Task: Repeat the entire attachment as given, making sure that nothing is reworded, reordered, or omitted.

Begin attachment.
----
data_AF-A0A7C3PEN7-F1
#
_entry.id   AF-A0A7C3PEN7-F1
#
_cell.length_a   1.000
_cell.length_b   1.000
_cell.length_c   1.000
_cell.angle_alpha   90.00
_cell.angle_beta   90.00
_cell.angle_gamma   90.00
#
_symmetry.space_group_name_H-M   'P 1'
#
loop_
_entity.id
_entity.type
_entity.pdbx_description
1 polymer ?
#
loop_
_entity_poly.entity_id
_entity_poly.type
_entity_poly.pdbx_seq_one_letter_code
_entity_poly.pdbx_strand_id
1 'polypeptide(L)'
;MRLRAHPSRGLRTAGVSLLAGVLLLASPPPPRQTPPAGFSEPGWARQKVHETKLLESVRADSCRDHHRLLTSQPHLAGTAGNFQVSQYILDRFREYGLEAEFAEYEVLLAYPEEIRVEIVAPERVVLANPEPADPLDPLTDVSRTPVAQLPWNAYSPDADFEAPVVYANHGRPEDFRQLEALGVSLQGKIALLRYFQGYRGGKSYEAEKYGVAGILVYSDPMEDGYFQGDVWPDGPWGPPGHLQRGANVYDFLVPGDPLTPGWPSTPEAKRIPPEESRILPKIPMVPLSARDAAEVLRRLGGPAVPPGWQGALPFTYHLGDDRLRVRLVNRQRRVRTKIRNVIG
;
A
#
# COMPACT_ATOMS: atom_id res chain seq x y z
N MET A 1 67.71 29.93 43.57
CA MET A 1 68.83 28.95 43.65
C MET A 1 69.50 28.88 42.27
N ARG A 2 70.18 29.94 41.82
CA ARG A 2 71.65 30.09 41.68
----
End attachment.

data_AF-A0A7C3PEN7-F1
#
_entry.id   AF-A0A7C3PEN7-F1
#
_cell.length_a   1.000
_cell.length_b   1.000
_cell.length_c   1.000
_cell.angle_alpha   90.00
_cell.angle_beta   90.00
_cell.angle_gamma   90.00
#
_symmetry.space_group_name_H-M   'P 1'
#
loop_
_entity.id
_entity.type
_entity.pdbx_description
1 polymer ?
#
loop_
_entity_poly.entity_id
_entity_poly.type
_entity_poly.pdbx_seq_one_letter_code
_entity_poly.pdbx_strand_id
1 'polypeptide(L)'
;MRLRAHPSRGLRTAGVSLLAGVLLLASPPPPRQTPPAGFSEPGWARQKVHETKLLESVRADSCRDHHRLLTSQPHLAGTAGNFQVSQYILDRFREYGLEAEFAEYEVLLAYPEEIRVEIVAPERVVLANPEPADPLDPLTDVSRTPVAQLPWNAYSPDADFEAPVVYANHGRPEDFRQLEALGVSLQGKIALLRYFQGYRGGKSYEAEKYGVAGILVYSDPMEDGYFQGDVWPDGPWGPPGHLQRGANVYDFLVPGDPLTPGWPSTPEAKRIPPEESRILPKIPMVPLSARDAAEVLRRLGGPAVPPGWQGALPFTYHLGDDRLRVRLVNRQRRVRTKIRNVIG
;
A
#
# COMPACT_ATOMS: atom_id res chain seq x y z
N MET A 1 67.71 29.93 43.57
CA MET A 1 68.83 28.95 43.65
C MET A 1 69.50 28.88 42.27
N ARG A 2 70.18 29.94 41.82
CA ARG A 2 71.65 30.09 41.68